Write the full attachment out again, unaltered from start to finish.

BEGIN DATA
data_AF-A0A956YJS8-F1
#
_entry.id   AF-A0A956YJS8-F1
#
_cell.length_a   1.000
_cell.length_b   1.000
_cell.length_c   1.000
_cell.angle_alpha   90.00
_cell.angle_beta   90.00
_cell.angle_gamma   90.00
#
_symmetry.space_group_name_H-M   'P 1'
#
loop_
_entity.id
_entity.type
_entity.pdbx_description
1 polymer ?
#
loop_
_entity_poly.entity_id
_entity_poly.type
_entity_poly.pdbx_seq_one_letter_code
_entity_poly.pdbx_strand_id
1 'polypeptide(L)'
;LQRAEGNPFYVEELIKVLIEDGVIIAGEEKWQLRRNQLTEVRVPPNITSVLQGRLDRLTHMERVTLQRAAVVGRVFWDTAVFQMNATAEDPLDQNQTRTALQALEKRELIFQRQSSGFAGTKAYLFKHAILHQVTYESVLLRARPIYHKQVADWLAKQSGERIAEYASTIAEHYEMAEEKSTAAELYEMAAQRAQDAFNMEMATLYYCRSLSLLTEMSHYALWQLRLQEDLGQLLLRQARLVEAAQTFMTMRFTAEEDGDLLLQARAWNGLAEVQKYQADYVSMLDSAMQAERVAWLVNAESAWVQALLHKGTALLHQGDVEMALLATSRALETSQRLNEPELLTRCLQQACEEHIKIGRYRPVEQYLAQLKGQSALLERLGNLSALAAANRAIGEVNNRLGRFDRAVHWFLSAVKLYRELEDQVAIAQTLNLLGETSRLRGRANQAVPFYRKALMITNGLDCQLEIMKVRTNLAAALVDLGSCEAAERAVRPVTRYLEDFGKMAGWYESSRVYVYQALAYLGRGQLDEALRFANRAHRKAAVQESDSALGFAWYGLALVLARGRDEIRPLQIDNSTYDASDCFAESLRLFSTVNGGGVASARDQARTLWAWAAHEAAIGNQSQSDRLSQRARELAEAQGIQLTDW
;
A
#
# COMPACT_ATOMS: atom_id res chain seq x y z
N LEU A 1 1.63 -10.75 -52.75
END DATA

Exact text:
data_AF-A0A956YJS8-F1
#
_entry.id   AF-A0A956YJS8-F1
#
_cell.length_a   1.000
_cell.length_b   1.000
_cell.length_c   1.000
_cell.angle_alpha   90.00
_cell.angle_beta   90.00
_cell.angle_gamma   90.00
#
_symmetry.space_group_name_H-M   'P 1'
#
loop_
_entity.id
_entity.type
_entity.pdbx_description
1 polymer ?
#
loop_
_entity_poly.entity_id
_entity_poly.type
_entity_poly.pdbx_seq_one_letter_code
_entity_poly.pdbx_strand_id
1 'polypeptide(L)'
;LQRAEGNPFYVEELIKVLIEDGVIIAGEEKWQLRRNQLTEVRVPPNITSVLQGRLDRLTHMERVTLQRAAVVGRVFWDTAVFQMNATAEDPLDQNQTRTALQALEKRELIFQRQSSGFAGTKAYLFKHAILHQVTYESVLLRARPIYHKQVADWLAKQSGERIAEYASTIAEHYEMAEEKSTAAELYEMAAQRAQDAFNMEMATLYYCRSLSLLTEMSHYALWQLRLQEDLGQLLLRQARLVEAAQTFMTMRFTAEEDGDLLLQARAWNGLAEVQKYQADYVSMLDSAMQAERVAWLVNAESAWVQALLHKGTALLHQGDVEMALLATSRALETSQRLNEPELLTRCLQQACEEHIKIGRYRPVEQYLAQLKGQSALLERLGNLSALAAANRAIGEVNNRLGRFDRAVHWFLSAVKLYRELEDQVAIAQTLNLLGETSRLRGRANQAVPFYRKALMITNGLDCQLEIMKVRTNLAAALVDLGSCEAAERAVRPVTRYLEDFGKMAGWYESSRVYVYQALAYLGRGQLDEALRFANRAHRKAAVQESDSALGFAWYGLALVLARGRDEIRPLQIDNSTYDASDCFAESLRLFSTVNGGGVASARDQARTLWAWAAHEAAIGNQSQSDRLSQRARELAEAQGIQLTDW
;
A
#
# COMPACT_ATOMS: atom_id res chain seq x y z
N LEU A 1 1.63 -10.75 -52.75